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As ASU continues to monitor COVID-19, the university has transitioned from in-person teaching and learning to remote options. In this challenging time, however, the collective innovation of ASU faculty and staff has demonstrated remarkable adaptability. As a method of celebrating the good during uncertain developments, the University Technology Office is gathering success stories of “remote resilience” from the ASU community. The situation globally and across the country is changing daily, but we also plan to share these stories to keep pace.
By Susan Barrett, UTO Product Manager, and Sandra Johnson, UTO Special Advisor
Can you make a better pizza with technology? This seemingly simple question has been the focus of a Girls Who Code club sponsored by the University Technology Office. Third-, fourth- and fifth-graders, as part of the national organization that aims to increase the number of women working in computer science, are strategizing about how to use technology to engineer solutions for everyday challenges. This question was the outcome of the 2019 ASU IT professional event Empower, and was posed to the group by ASU Chief Information Officer Lev Gonick at ASU Poly Prep STEM Academy.
As the host for Girls Who Code at ASU Preparatory Academy, members of the UTO Giving Back team volunteer their expertise and enthusiasm to nurture young technologists, building confidence along with coding skills. The UTO Giving Back team hosts or facilitates community aid and community building events every week, fulfilling ASU's mission to be socially embedded within and beyond the university.
These Girls Who Code have moved their work online to follow physical distancing guidelines necessitated by the spread of COVID-19. Supported through the volunteers of UTO Giving Back, the coders are tackling several projects and learning valuable professional skills.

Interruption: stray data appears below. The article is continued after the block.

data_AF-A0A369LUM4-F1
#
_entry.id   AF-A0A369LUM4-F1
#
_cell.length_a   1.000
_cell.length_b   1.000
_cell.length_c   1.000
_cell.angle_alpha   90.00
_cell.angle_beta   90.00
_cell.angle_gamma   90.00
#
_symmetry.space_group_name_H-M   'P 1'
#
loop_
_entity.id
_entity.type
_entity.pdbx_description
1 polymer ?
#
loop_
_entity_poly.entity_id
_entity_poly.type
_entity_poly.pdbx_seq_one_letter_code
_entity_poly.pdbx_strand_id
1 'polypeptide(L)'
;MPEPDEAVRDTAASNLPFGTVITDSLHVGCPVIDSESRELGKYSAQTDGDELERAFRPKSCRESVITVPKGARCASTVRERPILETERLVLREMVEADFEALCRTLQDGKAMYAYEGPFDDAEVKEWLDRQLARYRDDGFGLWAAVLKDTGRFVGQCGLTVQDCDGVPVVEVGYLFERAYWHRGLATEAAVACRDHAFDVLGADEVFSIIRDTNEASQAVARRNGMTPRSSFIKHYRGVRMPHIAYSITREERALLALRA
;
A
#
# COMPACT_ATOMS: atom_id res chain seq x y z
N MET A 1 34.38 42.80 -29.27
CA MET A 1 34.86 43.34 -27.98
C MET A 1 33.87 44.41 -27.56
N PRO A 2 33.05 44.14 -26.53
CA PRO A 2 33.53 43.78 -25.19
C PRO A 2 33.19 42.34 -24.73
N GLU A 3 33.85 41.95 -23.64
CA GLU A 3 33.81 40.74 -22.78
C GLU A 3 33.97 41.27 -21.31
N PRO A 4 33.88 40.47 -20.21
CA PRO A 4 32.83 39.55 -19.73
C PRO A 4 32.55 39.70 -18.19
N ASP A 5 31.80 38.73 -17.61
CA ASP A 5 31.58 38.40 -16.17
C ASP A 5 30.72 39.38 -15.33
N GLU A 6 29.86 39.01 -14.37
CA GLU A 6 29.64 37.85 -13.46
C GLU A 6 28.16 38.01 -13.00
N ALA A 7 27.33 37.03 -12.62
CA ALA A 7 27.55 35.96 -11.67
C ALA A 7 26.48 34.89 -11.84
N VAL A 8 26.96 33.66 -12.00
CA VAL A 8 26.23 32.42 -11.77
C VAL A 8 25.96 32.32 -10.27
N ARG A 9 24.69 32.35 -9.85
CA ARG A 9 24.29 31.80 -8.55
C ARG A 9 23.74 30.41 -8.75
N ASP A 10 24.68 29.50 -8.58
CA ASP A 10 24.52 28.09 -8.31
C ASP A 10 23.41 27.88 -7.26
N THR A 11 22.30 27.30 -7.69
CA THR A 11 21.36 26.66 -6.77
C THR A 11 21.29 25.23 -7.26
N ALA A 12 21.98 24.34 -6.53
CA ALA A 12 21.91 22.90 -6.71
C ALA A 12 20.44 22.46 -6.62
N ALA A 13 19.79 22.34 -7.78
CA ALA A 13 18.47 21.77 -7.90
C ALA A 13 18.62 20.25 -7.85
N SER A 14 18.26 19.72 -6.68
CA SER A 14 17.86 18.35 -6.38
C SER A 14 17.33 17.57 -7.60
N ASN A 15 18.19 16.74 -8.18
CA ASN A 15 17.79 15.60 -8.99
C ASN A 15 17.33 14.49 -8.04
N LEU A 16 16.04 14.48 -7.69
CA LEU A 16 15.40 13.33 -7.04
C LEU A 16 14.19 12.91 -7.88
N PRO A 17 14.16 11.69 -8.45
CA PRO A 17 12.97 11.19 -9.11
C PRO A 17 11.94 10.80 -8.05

Bonnie LeBlanc, UTO Director of Enterprise Solutions, and Sandra Johnson, UTO Special Advisor, helped start the UTO support of the Girls Who Code program in 2019. The program is run like a club; facilitators ask guiding questions and the coders create the solutions. “Sometimes it brings a tear to my eyes,” Johnson said. “It’s amazing to work with kids who are excited about coding. They want to code. They want a project.”
For these students, the online sessions are all about the code. The in-person group discussions were replaced with an agile “stand up” process that breaks complex work into brief, yet productive, gatherings. Each coder provides an update on their progress, describes any difficulties and outlines their plans. The facilitators teach coding basics and share short tutorials about how to improve coding skills, and the coders work independently or in teams. In their next meeting, the coders will meet Arizona State Representative Isela Blanc, who will discuss the topics of women in politics and bravery.
Johnson and the team of UTO Giving Back facilitators meet regularly with the coders and teach them real-world project management and business analysis skills. “The kids see the role models -- we are all women in technology -- and we talk about it with them,” Johnson said. “The facilitators contribute our understanding of what it’s like to work on a project.”
The “build a better pizza” team is tackling their project from multiple angles. A fourth-grade coder decided that a survey was necessary for data collection. She’s building one to study if technology can produce a pizza that surpasses the flavor and presentation of a human-made product; if people would purchase pizzas from a vending machine or made by a robot; and how to customize a pizza using a phone app. The coders will investigate data analysis, robotics and software development, plus employ their new project management skills, to find answers to the pizza challenge.
Pizza is not the only need that calls for a technology solution. Other third-through-fifth-grade projects include creating solutions for homeless people in Arizona, designing an online racetrack, building avatars, finding lost pets and gaming.
The sixth- and seventh-grade Girls Who Code are learning hypertext markup language (HTML) to build a website that teaches American Sign Language. Their project was featured at an Arizona Department of Education conference and highlights the need to teach STEM skills to girls. Johnson said, “They are learning to be brave. This is about stepping outside of their comfort zone and going for it.”
Girls Who Code is on a mission to close the gender gap in technology and to change the image of what a programmer looks like and does. The Girls Who Code organization aims to build the largest pipeline of female engineers in the U.S. Girls’ participation in computer science drops dramatically between the ages of 13-17. The organization and its army of volunteers provide learning opportunities, a clear path to careers in technology, and a network of peers and role models committed to the success of Girls Who Code alumni.
Girls Who Code also provides free Girls Who Code at Home activities.
The Girls Who Code "pizza project" is ongoing until May 13, and we'll share the results then!